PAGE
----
Maya Lin: Bay, Pond, & Harbor (Long Island Triptych)
June 20–October 27, 2019
On Long Island, you’re surrounded by water on both sides; you’ve got the bay coming up separating the North and the South Forks. I am extremely interested in the water’s edge, and thinking about sea level and understanding how transmutable and temporal that boundary between land and sea actually is. I’m very committed to doing something to help us understand and move quicker. I think this is going to be a huge part of our conversation in our lifetime. This is not something for the next two generations. It’s happening now.
Of primary concern to artist Maya Lin (American, born 1959) is the exploration of how we experience and influence the landscape. Lin is one of the foremost artists of our time and her creative process balances at the intersection of art, architecture, and science. A passionate advocate for the environment, her most recent work brings to light the effects of climate change and the interconnectedness of all regions of the planet. By revealing aspects of the natural world that are normally invisible to us—the topography of the globe from ocean floor to mountain top, the evolving shape of coastlines and waterways—the artist highlights the need to consider how human activities impact the planet as a whole.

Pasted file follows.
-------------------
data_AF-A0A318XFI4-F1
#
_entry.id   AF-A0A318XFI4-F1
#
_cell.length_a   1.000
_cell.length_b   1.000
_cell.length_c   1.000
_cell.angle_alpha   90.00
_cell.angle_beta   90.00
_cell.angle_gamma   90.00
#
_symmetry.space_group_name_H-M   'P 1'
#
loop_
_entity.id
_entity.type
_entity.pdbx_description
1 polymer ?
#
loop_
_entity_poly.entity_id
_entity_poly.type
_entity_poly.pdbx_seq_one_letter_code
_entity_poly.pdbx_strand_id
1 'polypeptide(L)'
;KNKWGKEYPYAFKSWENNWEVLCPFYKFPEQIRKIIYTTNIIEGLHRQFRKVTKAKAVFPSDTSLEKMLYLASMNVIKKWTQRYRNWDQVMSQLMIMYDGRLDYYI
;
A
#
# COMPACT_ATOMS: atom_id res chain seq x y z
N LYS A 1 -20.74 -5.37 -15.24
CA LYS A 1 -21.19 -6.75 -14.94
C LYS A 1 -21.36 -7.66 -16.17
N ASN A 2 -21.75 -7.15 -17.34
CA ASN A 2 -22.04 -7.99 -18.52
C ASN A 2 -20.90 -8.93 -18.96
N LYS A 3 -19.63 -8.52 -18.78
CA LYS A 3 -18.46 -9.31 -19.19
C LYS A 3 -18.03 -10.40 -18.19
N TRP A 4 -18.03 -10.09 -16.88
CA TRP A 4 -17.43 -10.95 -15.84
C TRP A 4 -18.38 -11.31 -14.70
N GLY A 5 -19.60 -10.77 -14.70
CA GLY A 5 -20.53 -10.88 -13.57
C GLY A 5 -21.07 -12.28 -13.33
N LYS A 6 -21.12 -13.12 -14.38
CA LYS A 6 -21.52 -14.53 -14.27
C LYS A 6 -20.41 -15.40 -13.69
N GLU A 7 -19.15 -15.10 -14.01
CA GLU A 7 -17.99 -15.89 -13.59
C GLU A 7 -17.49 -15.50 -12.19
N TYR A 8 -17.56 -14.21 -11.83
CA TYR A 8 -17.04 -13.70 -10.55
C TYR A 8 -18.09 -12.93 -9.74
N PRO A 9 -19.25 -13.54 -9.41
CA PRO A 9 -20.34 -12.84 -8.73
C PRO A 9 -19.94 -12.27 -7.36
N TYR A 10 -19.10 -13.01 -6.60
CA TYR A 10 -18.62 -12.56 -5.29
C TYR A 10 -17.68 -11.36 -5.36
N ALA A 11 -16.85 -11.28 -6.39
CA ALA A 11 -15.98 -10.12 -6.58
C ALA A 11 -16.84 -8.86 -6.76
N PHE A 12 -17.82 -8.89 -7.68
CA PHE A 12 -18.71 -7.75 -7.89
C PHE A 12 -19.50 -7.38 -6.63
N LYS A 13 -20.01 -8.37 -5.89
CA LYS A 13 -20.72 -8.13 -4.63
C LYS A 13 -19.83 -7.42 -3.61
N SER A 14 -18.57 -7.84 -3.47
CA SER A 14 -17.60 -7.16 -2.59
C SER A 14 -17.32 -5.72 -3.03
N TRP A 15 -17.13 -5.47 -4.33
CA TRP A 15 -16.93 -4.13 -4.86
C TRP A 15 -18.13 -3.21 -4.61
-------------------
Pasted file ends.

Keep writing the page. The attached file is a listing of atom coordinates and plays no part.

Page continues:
Lin invests years in her research, gathering data about the Earth via scientific mapping tools like sonar resonance scans and aerial and satellite imaging devices. She translates these technological views into expressive, human-scale sculptures, installations, and wall reliefs. Her complex investigation is expressed with a simplicity of means and materials: Bay, Pond, & Harbor (Long Island Triptych) (2014) is composed entirely of recycled silver.
Bay, Pond, & Harbor depicts three landmark bodies of water on the East End of Long Island: Mecox Bay, Georgica Pond, and Accabonac Harbor. By using recycled cast silver, Lin captures the reflective, precious, and jewel-like quality of water. Through works of extraordinary beauty, the artist asks us to envision waterways as the irreplaceable circulatory system of the planet and consider how our actions can destabilize this fragile balance.